Michael Bourret, of Dystel & Goderich literary agency, has a rather interesting post up on his blog, about how writers should enjoy the time that they have before they get a book deal, that is is a "very special time in their career."
Go read it.
Then come back.
I think Michael is brilliant. I met him at a conference a couple months ago, and the dude knows his stuff. And he makes a lot of really, really great points. There IS a certain amount of freedom in writing before you're published. It's certainly nice to write without deadlines. To write whatever you feel like writing next, because you're the one in control. Once you get a book deal, so many things get heaped on top of you-- time constraints (marketing your book on shelves, signings, events, maintaining your website, anwering emails) but beyond that, your publisher will have certain ideas and expectations of what you'll write next.
If you debut as a paranormal romance, chances are, they'll want another. You'll have to conform to their expectations, to an extent. (Obviously, Prada & Prejudice and RIPPLE are quite different, but that was a slow evolution in discussing things with Razorbill.... )
But despite all that-- despite all the very, very good points Michael makes, most of them totally correct-- there's no way in hell I can blog and tell you to be grateful for where you're at, and see it as a good thing.
Becuase I was there too, and I remember how much it sucked. To work, work, work and work some more, only to be rejected. By everyone. To feel like I was pounding on a door and no one heard me, and I didn't know if they ever would.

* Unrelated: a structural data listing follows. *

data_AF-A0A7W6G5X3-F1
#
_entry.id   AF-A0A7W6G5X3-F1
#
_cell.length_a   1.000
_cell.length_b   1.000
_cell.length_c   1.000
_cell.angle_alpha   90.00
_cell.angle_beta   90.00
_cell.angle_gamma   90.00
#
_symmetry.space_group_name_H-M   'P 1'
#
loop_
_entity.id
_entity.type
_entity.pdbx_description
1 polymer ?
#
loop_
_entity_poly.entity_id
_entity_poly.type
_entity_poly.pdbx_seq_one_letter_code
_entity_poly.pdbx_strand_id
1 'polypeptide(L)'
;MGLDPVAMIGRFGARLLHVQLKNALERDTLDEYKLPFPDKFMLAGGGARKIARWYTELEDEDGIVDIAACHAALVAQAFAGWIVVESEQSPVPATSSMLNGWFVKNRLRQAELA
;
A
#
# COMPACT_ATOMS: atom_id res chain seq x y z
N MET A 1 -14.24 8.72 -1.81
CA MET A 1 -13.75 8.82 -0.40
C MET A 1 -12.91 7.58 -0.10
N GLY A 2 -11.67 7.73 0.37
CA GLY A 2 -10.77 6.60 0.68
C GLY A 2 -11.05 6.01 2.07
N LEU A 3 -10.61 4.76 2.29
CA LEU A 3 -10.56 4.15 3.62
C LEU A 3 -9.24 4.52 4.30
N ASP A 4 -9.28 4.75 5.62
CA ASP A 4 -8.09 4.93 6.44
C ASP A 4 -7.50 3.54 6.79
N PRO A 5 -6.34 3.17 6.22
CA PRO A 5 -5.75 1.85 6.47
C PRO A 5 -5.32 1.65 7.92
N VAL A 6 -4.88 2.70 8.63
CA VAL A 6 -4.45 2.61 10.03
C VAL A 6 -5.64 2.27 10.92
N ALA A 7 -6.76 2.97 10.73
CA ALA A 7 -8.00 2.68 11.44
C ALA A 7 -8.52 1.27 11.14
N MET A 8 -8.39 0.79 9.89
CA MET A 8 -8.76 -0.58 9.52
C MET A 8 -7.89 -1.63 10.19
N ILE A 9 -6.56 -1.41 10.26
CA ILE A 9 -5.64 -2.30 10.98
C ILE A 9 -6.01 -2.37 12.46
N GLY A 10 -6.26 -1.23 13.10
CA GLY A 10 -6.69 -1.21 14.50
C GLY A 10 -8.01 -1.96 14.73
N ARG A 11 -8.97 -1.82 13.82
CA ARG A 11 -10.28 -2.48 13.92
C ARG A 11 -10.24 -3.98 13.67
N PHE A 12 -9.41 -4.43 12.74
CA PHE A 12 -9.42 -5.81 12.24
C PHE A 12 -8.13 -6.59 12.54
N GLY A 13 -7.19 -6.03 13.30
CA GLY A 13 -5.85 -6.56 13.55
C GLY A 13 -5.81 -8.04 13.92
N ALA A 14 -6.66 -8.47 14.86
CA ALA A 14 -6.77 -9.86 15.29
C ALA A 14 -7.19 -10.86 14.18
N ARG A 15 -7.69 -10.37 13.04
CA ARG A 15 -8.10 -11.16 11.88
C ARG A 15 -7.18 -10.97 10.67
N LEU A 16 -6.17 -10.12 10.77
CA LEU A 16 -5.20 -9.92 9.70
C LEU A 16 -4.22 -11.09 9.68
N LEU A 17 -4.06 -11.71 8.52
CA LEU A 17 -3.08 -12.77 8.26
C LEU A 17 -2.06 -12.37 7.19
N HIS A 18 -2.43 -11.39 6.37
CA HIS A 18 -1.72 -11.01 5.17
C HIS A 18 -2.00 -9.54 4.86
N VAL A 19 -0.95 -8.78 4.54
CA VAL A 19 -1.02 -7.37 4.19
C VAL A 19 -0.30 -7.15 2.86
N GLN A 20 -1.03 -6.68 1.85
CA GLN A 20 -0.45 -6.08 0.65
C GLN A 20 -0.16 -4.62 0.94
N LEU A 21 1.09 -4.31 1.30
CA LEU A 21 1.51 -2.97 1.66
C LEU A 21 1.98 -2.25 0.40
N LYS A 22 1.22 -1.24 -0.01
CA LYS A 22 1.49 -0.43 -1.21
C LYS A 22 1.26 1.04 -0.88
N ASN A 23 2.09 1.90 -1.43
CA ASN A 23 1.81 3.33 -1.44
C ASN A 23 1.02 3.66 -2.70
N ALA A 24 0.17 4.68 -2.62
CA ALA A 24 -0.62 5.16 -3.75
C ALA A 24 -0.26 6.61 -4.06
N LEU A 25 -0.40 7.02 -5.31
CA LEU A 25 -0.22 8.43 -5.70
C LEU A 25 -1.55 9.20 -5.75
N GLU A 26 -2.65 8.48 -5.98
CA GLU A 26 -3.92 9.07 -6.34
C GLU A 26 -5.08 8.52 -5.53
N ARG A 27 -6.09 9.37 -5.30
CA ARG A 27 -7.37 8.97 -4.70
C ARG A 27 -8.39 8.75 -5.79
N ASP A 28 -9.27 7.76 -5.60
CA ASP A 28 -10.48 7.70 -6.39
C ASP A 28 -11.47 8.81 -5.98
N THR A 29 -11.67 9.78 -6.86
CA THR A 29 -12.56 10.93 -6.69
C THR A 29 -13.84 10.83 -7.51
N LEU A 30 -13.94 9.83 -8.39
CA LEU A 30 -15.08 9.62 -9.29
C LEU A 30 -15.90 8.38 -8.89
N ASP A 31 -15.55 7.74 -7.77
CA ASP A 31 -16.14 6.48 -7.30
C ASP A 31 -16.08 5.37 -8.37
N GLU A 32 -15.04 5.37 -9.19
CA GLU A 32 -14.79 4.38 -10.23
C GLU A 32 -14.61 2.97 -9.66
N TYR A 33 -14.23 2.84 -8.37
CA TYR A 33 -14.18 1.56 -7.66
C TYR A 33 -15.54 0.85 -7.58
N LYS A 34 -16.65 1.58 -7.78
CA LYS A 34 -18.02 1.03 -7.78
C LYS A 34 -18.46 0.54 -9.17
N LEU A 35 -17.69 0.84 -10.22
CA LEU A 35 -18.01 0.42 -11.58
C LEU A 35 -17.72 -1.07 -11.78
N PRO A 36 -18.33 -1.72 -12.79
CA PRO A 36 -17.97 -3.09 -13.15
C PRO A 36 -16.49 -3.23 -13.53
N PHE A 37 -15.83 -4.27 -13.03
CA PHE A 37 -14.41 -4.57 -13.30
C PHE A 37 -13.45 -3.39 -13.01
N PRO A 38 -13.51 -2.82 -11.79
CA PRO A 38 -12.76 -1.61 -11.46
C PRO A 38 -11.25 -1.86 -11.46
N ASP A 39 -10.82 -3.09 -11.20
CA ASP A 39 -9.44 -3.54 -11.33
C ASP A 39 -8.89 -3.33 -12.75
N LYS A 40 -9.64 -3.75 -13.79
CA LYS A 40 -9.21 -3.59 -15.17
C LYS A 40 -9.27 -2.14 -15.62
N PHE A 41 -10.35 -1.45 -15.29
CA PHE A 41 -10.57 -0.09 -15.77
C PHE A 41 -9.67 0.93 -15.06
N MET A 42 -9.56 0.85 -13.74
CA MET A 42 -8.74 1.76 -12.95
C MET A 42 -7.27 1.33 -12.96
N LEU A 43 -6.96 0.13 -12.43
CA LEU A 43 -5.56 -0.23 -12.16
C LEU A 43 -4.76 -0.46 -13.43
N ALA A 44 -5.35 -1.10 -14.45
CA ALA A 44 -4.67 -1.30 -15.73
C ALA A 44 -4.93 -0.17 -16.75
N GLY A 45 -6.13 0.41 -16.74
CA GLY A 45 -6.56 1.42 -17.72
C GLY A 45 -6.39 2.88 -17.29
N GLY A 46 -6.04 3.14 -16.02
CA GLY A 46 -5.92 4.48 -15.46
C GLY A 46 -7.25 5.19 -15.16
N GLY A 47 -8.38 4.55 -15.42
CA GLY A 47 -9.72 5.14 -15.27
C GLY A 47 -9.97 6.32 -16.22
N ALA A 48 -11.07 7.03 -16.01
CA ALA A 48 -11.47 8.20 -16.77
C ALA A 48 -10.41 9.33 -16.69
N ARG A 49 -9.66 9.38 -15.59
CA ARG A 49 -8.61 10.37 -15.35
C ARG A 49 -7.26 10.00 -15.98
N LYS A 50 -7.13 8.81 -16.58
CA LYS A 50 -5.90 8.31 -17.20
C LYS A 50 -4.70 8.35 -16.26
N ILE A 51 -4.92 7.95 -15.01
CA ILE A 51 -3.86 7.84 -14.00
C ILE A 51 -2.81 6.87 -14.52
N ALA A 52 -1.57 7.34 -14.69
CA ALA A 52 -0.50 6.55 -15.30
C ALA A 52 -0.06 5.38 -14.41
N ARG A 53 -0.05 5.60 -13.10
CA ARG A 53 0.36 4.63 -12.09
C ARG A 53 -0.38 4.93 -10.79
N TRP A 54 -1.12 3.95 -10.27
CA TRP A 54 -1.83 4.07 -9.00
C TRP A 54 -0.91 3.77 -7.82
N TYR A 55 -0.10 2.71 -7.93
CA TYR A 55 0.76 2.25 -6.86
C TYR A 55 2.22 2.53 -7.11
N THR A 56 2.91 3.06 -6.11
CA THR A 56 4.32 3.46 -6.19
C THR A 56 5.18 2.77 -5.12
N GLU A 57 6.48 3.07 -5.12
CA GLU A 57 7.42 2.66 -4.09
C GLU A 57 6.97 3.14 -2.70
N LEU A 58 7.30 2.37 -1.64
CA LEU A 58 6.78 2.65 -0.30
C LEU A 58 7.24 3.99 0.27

To wonder just what the hell these people want, anyway.
Some authors say they look back on those days before they are published and they're a little nostalgic, and wish they could go back to those days. And sometimes they say that aloud, and the unpublished want to hurl sticks at them. I was once one of those people, that wanted to hurl sticks, because I wanted it so bad I could taste it, and here was this person who was taking it for granted.
I can't say I've ever felt nostalgic or wished for a day I could be that free-floating writer again. Maybe it's too early in my career. But all I remember is how angsty and frustrated I was, and how I wanted to rip my own hair out half the time, or at least chuck my laptop out the window of my truck while going down the freeway.
So, I guess my point here is that you should read Michael's post-- understand all the virtues of being unpublished and remind yourself of those--but if you still feel angsty and frustrated, it's okay.
It's normal. It's what most writers feel. You're not alone in this. Find a few writer friends, becuase those people will get it when you need to email them and rant for sixteen paragraphs about the one paragraph rejection you just received.
It's okay to hate being unpublished, even if someone tells you it's really a good thing.
The point is to use that to fuel you to further your career, to do whatever it takes. Get more crtiques, read more blogs, go to conferences.
Maybe someday you'll be the nostalgic, multi-published author that others want to hurl sticks at. But maybe you'll be the one that doesn't take a single moment of it for granted.